BUFFALO, N.Y. -- The conversations began Saturday night between Buffalo Bills general manager Brandon Beane, coach Sean McDermott, owners Kim and Terry Pegula, executive vice president of Pegula Sports and Entertainment Ron Raccuia, team captains and others in the organization.
After a racist attack at Tops Friendly Markets on Saturday that killed 10 people and injured three others, the Bills knew they wanted to help in some way beyond giving money and kind words.
As a team, the Bills met on Monday in-person to have tough conversations about what to do next.
That led to supporting the community on Wednesday.
"The Buffalo community, they think highly of the Buffalo Bills, and so it is our job and our role to be here for the community, to be out here and be reachable, to be able to have these conversations," running back and special teams captain Taiwan Jones said. "And in a moment like this the most important thing is just to show love. So, we wanted to come out here and just love on people, show people that we care, we feel for you."
Bills players, coaches, front-office members and other staff, along with members of the NHL Buffalo Sabres and National Lacrosse League Buffalo Bandits, came to the neighborhood in tour buses. They wore black T-shirts that read, "Choose Love." They left bouquets of flowers at a shrine, served chicken Alfredo for 750 people with the help of local chef Darian Bryan and World Central Kitchen, and passed out groceries.
"The only thing we care about ... I kind of compare it to one game at a time, like we're here for our community and that's it," quarterback Josh Allen said. "And if people want to look at that and find ways to be enlightened or be acted upon where they see this and they want to start acting upon in their communities, I think that can work. But right now, we're just here for our community and that's all. That's all that matters to us right now."
There were about 50 players in attendance and some, such as wide receiver Stefon Diggs, flew to Buffalo specifically to show support. Jones was one of the key organizers of the effort through a relationship with Candles In The S.U.N, a nonprofit organization.
"Buffalo is, honestly, this is my first home," tackle Dion Dawkins said. "This is the place where I first bought a house, I first started to raise a family. ... It has affected every last one of us, some more than others, but an event like this, it affected everybody at a height that really can't be explained. And once again, really just being here for the community, which is our community, is where the growth helps.
"It's going to take brick-by-brick to build it back, because we had somebody that targeted a community, a neighborhood of African American people. That's really where the hurt is. And the fact that some people have lost loved ones. And it's just unbelievable."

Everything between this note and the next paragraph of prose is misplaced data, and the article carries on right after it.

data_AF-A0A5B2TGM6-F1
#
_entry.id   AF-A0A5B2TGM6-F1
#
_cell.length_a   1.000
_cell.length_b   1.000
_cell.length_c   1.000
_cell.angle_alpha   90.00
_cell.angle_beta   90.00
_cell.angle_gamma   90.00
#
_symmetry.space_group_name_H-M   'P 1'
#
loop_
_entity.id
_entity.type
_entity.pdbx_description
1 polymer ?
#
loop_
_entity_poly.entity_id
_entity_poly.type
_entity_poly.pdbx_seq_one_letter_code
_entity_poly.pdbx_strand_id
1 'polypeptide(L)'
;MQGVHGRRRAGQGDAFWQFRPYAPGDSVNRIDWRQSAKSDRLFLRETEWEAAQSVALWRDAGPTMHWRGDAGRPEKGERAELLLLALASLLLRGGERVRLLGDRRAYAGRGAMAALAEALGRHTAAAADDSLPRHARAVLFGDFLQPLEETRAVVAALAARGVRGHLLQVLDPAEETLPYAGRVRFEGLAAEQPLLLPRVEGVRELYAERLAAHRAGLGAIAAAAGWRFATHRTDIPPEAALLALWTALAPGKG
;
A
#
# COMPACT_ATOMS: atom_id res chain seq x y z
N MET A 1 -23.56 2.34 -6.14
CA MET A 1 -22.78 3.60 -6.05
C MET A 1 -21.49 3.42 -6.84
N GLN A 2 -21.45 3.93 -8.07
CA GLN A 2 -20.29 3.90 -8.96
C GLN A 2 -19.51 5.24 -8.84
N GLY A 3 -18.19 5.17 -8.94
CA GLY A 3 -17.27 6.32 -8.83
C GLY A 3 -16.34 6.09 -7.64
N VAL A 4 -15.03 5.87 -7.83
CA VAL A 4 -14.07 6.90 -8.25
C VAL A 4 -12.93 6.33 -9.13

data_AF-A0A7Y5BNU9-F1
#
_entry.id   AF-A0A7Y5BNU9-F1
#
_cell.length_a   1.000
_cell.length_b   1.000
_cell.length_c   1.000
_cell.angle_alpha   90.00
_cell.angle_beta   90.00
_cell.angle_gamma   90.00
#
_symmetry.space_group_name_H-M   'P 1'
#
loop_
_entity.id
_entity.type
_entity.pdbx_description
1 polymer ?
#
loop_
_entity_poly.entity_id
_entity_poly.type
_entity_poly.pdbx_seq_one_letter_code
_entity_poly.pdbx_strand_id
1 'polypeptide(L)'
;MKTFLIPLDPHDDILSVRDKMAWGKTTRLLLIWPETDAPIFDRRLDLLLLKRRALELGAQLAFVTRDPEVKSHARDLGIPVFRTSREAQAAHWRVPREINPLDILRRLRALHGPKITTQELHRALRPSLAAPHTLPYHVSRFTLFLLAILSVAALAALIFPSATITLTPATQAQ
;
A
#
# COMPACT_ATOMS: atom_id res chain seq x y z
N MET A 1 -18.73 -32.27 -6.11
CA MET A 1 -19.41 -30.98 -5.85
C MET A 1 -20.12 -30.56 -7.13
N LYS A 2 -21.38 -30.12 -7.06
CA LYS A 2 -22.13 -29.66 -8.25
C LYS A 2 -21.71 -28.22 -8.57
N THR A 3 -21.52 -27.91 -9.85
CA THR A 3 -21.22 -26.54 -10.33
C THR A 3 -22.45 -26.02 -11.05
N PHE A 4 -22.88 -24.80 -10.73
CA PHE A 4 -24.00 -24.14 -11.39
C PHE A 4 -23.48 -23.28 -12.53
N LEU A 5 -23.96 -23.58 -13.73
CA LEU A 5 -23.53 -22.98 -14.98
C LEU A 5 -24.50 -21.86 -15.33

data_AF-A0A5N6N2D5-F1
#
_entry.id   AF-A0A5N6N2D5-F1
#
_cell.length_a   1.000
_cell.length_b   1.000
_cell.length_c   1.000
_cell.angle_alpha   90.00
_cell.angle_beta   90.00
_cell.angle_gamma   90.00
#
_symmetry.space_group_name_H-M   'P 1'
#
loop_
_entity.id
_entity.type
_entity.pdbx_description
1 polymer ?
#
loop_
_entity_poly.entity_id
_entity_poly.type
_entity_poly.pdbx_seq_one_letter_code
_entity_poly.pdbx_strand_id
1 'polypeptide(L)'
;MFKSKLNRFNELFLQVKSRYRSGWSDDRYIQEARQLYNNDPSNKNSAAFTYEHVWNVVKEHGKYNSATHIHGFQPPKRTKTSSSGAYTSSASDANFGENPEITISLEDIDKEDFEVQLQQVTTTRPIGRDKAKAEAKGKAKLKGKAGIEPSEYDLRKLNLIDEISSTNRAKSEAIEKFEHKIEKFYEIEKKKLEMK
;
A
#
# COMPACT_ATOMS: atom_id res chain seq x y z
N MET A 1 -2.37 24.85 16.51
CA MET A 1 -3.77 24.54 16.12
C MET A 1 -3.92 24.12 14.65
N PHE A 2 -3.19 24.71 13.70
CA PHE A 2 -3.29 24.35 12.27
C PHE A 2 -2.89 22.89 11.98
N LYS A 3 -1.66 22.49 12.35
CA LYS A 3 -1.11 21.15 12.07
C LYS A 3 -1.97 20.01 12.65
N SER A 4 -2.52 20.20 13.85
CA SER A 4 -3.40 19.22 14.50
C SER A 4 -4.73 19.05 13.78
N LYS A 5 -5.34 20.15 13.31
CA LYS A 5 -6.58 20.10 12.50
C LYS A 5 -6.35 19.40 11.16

Players and personnel were in the team's offseason training program, and McDermott expressed pride in the number of players who were there. From Allen serving pasta to the team's rookies helping to cut up food, to the group simply speaking with the community, the impact was felt. Traffic slowed next to the site to get a glimpse of the group who brought some smiles to a devastated community.
The Bills said this is only the start.
"This is something that we all, the Bills included, the whole community, we gotta continue to rally around all the affected families," Beane said. "The national media is here for now, but there's going to be another story soon. It's up to us and we plan to lead the charge. This is not going to leave people's lives in a month or a year. This is a lasting thing, and we gotta do our part."
"... In a moment like this the most important thing is just to show love. So, we wanted to come out here and just love on people, show people that we care, we feel for you."Taiwan Jones
Jones added: "We're here to listen to what we need to do. We have an open ear to hear from the community how we can help. What we do know is we have to be here; we have to show up. So, it is easy for us to be here. The hard part is like you said, thinking of a long-term plan going forward."
In addition to the physical presence, The Buffalo Bills Foundation, combined with the NFL Foundation, announced a $400,000 donation Wednesday. The money will go toward the Buffalo Together Community Response Fund and a variety of nonprofit organizations working on emergency response efforts.
"It's hard to find the words to say, and I don't know if there's anything you can say to help somebody that's uneasy about something like that feel better, other than saying, 'I'm here for you. I hear you. I'm listening to you, and if there's any way that I can help, let me know because I'm willing to do it,'" Allen said. "Just being there for them to lean on when they need it. Again, that's a microcosm of what our community needs right now and that's why we're out here today."